A student advocacy group, Transparent GMU, attempted to see the Koch gift agreements starting as far back as 2014; they were sure there were strings attached to the donations. For years, they were refused. GMU Foundation stood by its position that it was a private foundation. Transparent GMU sued the foundation in 2017, arguing that the foundation raised money solely for use by a public university, so the gift agreements should be public.
The Virginia supreme court finally agreed to hear the case in April of 2019, but Transparent GMU lost in the December decision. The Virginia supreme court determined that the George Mason University is privately held and not a public organization. In the meantime, the school changed its gift acceptance policy in answer to the public pushback. They will have their gift conditions in writing so that they are part of the public record.
The GMU Foundation pays a majority of the president’s salary—which is, at best, awkward, since the foundation is providing payroll for someone who is not (or should not be) an employee of the foundation—but it still is not considered a public body.
“Had the General Assembly intended the unreserved inclusion of nonprofit foundations, that exist for the primary purpose of supporting public institutions of higher education, as public bodies under VFOIA, it could have so provided, but it has not,” Justice Cleo Powell wrote. “Policy determinations of this nature are peculiarly within the province of the General Assembly, not the judiciary.”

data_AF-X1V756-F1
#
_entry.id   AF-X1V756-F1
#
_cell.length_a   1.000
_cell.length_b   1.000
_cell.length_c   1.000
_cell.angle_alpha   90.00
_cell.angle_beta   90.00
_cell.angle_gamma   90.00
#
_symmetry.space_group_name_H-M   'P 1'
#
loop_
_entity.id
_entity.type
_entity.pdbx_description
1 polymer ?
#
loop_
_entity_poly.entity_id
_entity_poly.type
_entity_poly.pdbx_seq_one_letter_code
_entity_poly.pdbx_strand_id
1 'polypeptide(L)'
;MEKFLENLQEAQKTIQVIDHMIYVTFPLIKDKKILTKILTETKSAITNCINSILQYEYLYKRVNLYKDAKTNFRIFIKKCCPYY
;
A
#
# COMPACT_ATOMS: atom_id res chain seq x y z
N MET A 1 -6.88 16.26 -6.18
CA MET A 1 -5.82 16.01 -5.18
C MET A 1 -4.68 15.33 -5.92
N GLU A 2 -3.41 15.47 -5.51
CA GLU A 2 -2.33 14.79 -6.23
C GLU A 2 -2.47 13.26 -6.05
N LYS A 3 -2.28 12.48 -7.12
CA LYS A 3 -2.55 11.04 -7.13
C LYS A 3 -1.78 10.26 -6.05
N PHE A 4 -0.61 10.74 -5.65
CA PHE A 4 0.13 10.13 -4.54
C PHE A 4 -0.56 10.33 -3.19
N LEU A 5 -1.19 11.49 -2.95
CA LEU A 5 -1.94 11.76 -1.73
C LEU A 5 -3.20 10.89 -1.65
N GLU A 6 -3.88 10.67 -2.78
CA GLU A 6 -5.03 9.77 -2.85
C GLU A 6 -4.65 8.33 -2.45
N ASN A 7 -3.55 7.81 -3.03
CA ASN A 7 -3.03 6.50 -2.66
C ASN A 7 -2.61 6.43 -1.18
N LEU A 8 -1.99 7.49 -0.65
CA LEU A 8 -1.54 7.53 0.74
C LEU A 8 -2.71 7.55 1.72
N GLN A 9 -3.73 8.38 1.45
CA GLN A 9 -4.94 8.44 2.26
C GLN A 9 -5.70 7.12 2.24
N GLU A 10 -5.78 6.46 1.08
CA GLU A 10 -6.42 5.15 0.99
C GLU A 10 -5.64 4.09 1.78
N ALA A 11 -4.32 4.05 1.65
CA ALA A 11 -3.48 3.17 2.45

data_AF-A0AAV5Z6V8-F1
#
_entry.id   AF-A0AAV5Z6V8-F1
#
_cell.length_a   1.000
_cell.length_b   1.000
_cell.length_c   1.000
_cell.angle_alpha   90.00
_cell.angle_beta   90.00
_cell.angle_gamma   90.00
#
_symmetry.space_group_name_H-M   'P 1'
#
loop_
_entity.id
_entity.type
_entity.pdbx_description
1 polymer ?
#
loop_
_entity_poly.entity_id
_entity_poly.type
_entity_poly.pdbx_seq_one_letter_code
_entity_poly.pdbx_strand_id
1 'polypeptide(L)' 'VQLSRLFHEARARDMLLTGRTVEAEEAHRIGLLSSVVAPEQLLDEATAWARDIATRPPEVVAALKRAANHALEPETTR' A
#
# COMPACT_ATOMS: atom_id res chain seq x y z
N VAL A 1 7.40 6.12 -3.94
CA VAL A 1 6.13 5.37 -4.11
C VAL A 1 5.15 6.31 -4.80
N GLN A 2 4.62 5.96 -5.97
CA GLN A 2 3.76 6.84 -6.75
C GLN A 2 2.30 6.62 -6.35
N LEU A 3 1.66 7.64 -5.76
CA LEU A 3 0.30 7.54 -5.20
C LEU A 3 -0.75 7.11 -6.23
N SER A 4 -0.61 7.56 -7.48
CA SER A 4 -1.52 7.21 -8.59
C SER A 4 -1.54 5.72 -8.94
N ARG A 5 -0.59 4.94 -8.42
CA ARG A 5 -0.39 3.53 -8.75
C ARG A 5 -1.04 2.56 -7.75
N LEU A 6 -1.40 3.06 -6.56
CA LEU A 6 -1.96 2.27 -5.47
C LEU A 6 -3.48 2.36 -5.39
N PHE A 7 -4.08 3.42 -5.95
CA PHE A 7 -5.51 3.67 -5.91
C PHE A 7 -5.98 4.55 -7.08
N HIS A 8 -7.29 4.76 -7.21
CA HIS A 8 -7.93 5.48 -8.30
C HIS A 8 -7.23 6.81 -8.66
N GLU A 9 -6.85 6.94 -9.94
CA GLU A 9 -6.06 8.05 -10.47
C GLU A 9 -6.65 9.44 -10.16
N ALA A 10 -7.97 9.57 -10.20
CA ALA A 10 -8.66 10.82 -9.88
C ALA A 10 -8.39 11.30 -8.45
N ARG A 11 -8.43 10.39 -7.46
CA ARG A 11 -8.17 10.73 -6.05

The Charles Koch Foundation is a private non-operating foundation which is required to have written gift agreements; after the backlash from the GMU gifts, it will now make public long term commitments to colleges and universities.
California passed a law in 2011 that requires university foundations make their financial records, correspondence, and contracts available to the public. Donors can maintain their privacy unless the donor gets something in exchange with a value more than $2,500, or they try to influence school operations or curriculum, or receive a no-bid contract within five years of the gift.
Virginia has two proposed bills for university foundations. One would open the dollar amount, the purpose, and any terms of donations to Freedom of Information Act. The second proposed bill would make the schools accept terms and conditions of gifts in writing so those records can be viewed.
Rather than trying to fit private foundations into a public mold, it seems easier to regulate their transparency. While some foundations do have a culture of openness, it will take state legislators to make the changes needed to have all public university foundations behave similarly. While the foundations may be private, and the gifts they receive come from private donors, they are working for public organizations and are in a vulnerable position, open to influence from larger donors. The foundations in question control billions of dollars, so the public should know if the donors behind those dollars are exerting pressure on the universities.—Marian Conway
Disclosure: Marian Conway is the chair of the board of the Empire State College Foundation.